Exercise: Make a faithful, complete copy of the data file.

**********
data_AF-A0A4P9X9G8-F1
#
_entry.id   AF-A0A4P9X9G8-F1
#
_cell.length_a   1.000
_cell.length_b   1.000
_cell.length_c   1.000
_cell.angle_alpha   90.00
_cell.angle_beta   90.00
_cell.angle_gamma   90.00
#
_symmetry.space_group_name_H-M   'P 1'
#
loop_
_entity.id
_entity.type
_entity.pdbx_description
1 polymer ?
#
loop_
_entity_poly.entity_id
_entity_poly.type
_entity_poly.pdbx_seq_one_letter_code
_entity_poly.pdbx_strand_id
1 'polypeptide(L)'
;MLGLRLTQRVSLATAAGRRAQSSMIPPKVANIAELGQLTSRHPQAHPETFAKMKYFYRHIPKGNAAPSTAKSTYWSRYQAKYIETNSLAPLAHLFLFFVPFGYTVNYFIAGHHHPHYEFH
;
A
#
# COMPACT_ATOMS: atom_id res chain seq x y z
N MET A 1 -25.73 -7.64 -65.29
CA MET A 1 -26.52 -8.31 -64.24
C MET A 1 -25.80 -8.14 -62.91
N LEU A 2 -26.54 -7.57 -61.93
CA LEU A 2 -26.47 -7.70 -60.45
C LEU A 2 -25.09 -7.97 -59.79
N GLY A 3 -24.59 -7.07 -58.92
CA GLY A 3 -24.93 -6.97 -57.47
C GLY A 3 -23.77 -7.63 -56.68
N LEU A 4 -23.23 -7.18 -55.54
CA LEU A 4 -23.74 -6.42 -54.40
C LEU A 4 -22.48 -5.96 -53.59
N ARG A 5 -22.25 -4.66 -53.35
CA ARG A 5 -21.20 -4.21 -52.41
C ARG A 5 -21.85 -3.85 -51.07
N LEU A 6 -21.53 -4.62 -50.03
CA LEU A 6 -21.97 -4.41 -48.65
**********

data_AF-A0A4P9X9G8-F1
#
_entry.id   AF-A0A4P9X9G8-F1
#
_cell.length_a   1.000
_cell.length_b   1.000
_cell.length_c   1.000
_cell.angle_alpha   90.00
_cell.angle_beta   90.00
_cell.angle_gamma   90.00
#
_symmetry.space_group_name_H-M   'P 1'
#
loop_
_entity.id
_entity.type
_entity.pdbx_description
1 polymer ?
#
loop_
_entity_poly.entity_id
_entity_poly.type
_entity_poly.pdbx_seq_one_letter_code
_entity_poly.pdbx_strand_id
1 'polypeptide(L)'
;MLGLRLTQRVSLATAAGRRAQSSMIPPKVANIAELGQLTSRHPQAHPETFAKMKYFYRHIPKGNAAPSTAKSTYWSRYQAKYIETNSLAPLAHLFLFFVPFGYTVNYFIAGHHHPHYEFH
;
A
#
# COMPACT_ATOMS: atom_id res chain seq x y z
N MET A 1 -25.73 -7.64 -65.29
CA MET A 1 -26.52 -8.31 -64.24
C MET A 1 -25.80 -8.14 -62.91
N LEU A 2 -26.54 -7.57 -61.93
CA LEU A 2 -26.47 -7.70 -60.45
C LEU A 2 -25.09 -7.97 -59.79
N GLY A 3 -24.59 -7.07 -58.92
CA GLY A 3 -24.93 -6.97 -57.47
C GLY A 3 -23.77 -7.63 -56.68
N LEU A 4 -23.23 -7.18 -55.54
CA LEU A 4 -23.74 -6.42 -54.40
C LEU A 4 -22.48 -5.96 -53.59
N ARG A 5 -22.25 -4.66 -53.35
CA ARG A 5 -21.20 -4.21 -52.41
C ARG A 5 -21.85 -3.85 -51.07
N LEU A 6 -21.53 -4.62 -50.03
CA LEU A 6 -21.97 -4.41 -48.65